A group of local contractors, entrepreneurs and trades workers are sidestepping business as usual and donating their time and labour to build a better future for children in Asia.
© Herald photo by Matt Gardner
Global Neighbors Canada Inc. director Dave Heppner stands in front of a new house the organization is building and selling to raise money for a teachers’ dormitory and safe house for girls along the border between Thailand and Myanmar.
Global Neighbors Canada Inc. (GCNI), a charitable organization based in Prince Albert, has parlayed the business connections of its board of directors and the willingness of some of the city’s tradespeople to work for free into the construction of a new house that can be built at a fraction of the normal cost.
Once the house is completed it will be sold at market value with a much higher profit than would otherwise be possible. Proceeds from the sale will go towards building a safe house for migrant girls in Thailand at risk of sexual exploitation, with a smaller amount helping to fund a dormitory at a teacher’s training school.
There are roughly two million migrants in Thailand from the neighbouring country of Myanmar, formerly known as Burma. A military junta has ruled Myanmar for several decades.
“The civil war has been going on for the last 60 years, and we are seeing some really good signs right now of things changing,” GCNI director Dave Heppner said.
“It’s a little bit too early to tell whether or not the changes are authentic, but it seems like there are some real changes coming. Canada as you know has lifted its sanctions, (and) the United States has. There are some real opportunities right now for helping inside Burma.”
With a board of directors comprised of businesspeople and retirees from Prince Albert, Global Neighbors works towards poverty relief and education for the migrant community in the Mae Sot district of Thailand, situated on the border with Myanmar.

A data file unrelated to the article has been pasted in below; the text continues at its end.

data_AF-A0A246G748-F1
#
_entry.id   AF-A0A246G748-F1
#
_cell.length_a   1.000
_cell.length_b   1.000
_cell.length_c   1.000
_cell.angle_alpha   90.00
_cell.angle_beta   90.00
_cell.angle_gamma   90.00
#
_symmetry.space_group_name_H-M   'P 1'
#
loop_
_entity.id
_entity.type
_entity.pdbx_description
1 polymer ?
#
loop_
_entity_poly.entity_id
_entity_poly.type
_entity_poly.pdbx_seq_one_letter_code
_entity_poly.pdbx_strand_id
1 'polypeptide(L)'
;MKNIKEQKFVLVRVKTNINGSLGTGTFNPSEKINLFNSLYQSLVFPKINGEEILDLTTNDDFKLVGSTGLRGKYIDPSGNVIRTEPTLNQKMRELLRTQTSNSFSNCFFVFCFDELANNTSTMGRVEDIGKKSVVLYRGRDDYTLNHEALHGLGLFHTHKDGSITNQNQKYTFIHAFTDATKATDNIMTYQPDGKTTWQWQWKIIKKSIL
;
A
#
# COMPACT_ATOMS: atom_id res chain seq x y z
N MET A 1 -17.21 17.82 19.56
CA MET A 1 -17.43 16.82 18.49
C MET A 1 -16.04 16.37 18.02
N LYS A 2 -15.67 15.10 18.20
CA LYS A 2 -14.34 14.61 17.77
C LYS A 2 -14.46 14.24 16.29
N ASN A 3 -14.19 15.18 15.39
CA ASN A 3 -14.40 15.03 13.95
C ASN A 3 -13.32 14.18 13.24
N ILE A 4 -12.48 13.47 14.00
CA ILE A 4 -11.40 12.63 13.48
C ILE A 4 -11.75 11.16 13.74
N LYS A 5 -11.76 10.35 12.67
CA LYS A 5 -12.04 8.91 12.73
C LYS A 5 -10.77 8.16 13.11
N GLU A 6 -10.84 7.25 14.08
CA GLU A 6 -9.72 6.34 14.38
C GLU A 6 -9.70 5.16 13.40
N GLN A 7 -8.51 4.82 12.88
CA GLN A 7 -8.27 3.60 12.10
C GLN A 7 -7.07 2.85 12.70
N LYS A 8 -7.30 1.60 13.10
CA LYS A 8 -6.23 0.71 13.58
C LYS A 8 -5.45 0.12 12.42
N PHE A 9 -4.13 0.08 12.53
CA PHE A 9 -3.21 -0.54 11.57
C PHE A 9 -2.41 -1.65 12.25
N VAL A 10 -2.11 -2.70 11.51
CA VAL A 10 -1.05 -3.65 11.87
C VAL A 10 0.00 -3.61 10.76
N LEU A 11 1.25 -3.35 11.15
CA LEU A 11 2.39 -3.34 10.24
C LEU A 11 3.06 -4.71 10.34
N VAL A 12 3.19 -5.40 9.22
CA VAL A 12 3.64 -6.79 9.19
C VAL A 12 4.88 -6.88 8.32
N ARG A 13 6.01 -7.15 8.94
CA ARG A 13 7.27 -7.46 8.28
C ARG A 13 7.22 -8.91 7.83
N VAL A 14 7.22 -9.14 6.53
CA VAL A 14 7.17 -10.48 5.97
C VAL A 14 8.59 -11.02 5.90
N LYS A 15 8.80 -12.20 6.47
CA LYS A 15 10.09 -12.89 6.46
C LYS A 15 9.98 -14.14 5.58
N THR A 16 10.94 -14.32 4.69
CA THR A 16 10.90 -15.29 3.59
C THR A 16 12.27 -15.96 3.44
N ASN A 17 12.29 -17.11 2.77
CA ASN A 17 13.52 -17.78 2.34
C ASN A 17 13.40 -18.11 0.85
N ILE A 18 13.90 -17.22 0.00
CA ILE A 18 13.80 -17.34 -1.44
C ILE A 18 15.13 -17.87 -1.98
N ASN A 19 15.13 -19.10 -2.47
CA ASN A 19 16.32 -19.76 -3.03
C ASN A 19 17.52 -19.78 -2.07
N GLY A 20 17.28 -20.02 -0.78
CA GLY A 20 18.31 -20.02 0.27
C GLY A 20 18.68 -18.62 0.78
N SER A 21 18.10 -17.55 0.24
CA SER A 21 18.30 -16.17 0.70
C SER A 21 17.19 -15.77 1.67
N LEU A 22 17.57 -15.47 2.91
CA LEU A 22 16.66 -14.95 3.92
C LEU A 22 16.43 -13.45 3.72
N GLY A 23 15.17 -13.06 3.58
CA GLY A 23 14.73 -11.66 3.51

The destitution of migrants in the region has had tragic consequences for countless Burmese families — a situation the construction of the safe house for girls aims to change for at least a few.
“The safe house is the home that we’re building for 30 girls who are at risk of sexual exploitation,” Heppner said. “What happens is a lot of times parents sell their daughters into prostitution, and they sell them at a very young age, as young as 12 years old. What we’re doing is we’re providing a home for them and we’re educating them and we’re going to keep them until they’re adult so they don’t have to go into the sex trade. We’re saving them from that kind of a life.”
The dormitory, meanwhile, is merely the latest addition to another Global Neighbors project, a training school for teachers where graduates return to their villages to upgrade the skill level in teaching. GCNI currently has 68 Burmese teachers-in-training enrolled in a one-year program at the freshly-constructed education building.
We’re providing a home for them and we’re educating them and we’re going to keep them until they’re adult so they don’t have to go into the sex trade. We’re saving them from that kind of a life. Dave Heppner
“A lot of the teachers have no formal education,” Heppner said. “Any training that they get is a definite plus for the kids, because if you don’t have a quality teacher, you don’t get quality education.”
Sale of the new house in Prince Albert, the third to be built by GCNI, will help pay for this dormitory and the safe house for girls. The home is located at Raider’s Bay, where market prices regularly surpass $310,000.
Heppner’s background in construction and land development means occasionally helping out alongside the trades workers, but he insists his role is minimal. He points to the generosity of tradespeople in Prince Albert (labour typically makes up one-third to one-half the cost of building a new house) as well as the suppliers who donated building materials.
Luc April, general manager of Econo Lumber and a fellow director at GCNI, seconds that assessment.
“In our economy right now, those people are extremely busy,” he said. “They are taking time and income away from themselves to work on this cause. Because this is our third house, a lot of them are doing this a third time over. Since they’ve started they’ve been to Thailand with us to see what their work accomplished, and so they’re helping us spread the word as well to other contractors who haven’t been here.”
April and board member Irwin Wiebe (former owner of Jovin Homes) were able to use their connections to local material suppliers — those they normally buy from — to donate building materials for free or at a reduced cost.
April credits Econo Lumber owner Curtis Lemieux for the ability to devote part of his working day to GCNI, and for pushing him to visit Thailand.
“I’d never envisioned myself doing this kind of work until he suggested, ‘Just go,’ ”, April said. “He gave me a little nudge to go, and of course I’ve been sold on this ever since.”